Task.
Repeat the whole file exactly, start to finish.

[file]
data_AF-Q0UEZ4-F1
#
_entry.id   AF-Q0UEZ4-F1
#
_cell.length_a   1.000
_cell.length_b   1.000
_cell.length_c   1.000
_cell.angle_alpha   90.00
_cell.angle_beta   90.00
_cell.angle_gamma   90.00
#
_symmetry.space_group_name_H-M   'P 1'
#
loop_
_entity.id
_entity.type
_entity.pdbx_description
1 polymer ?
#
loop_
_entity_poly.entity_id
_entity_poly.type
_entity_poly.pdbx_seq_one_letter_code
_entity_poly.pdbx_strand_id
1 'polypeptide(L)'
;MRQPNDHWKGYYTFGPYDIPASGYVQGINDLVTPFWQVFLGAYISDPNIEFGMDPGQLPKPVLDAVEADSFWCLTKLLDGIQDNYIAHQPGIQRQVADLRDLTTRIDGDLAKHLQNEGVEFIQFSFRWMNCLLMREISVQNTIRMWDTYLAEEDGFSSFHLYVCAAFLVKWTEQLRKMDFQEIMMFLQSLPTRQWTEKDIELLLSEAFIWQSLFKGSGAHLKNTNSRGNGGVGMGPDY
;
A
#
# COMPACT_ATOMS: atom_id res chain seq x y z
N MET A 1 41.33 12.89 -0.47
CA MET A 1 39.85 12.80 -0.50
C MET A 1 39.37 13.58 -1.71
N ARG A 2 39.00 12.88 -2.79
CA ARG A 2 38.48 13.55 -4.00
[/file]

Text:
data_AF-Q0UEZ4-F1
#
_entry.id   AF-Q0UEZ4-F1
#
_cell.length_a   1.000
_cell.length_b   1.000
_cell.length_c   1.000
_cell.angle_alpha   90.00
_cell.angle_beta   90.00
_cell.angle_gamma   90.00
#
_symmetry.space_group_name_H-M   'P 1'
#
loop_
_entity.id
_entity.type
_entity.pdbx_description
1 polymer ?
#
loop_
_entity_poly.entity_id
_entity_poly.type
_entity_poly.pdbx_seq_one_letter_code
_entity_poly.pdbx_strand_id
1 'polypeptide(L)'
;MRQPNDHWKGYYTFGPYDIPASGYVQGINDLVTPFWQVFLGAYISDPNIEFGMDPGQLPKPVLDAVEADSFWCLTKLLDGIQDNYIAHQPGIQRQVADLRDLTTRIDGDLAKHLQNEGVEFIQFSFRWMNCLLMREISVQNTIRMWDTYLAEEDGFSSFHLYVCAAFLVKWTEQLRKMDFQEIMMFLQSLPTRQWTEKDIELLLSEAFIWQSLFKGSGAHLKNTNSRGNGGVGMGPDY
;
A
#
# COMPACT_ATOMS: atom_id res chain seq x y z
N MET A 1 41.33 12.89 -0.47
CA MET A 1 39.85 12.80 -0.50
C MET A 1 39.37 13.58 -1.71
N ARG A 2 39.00 12.88 -2.79
CA ARG A 2 38.48 13.55 -4.00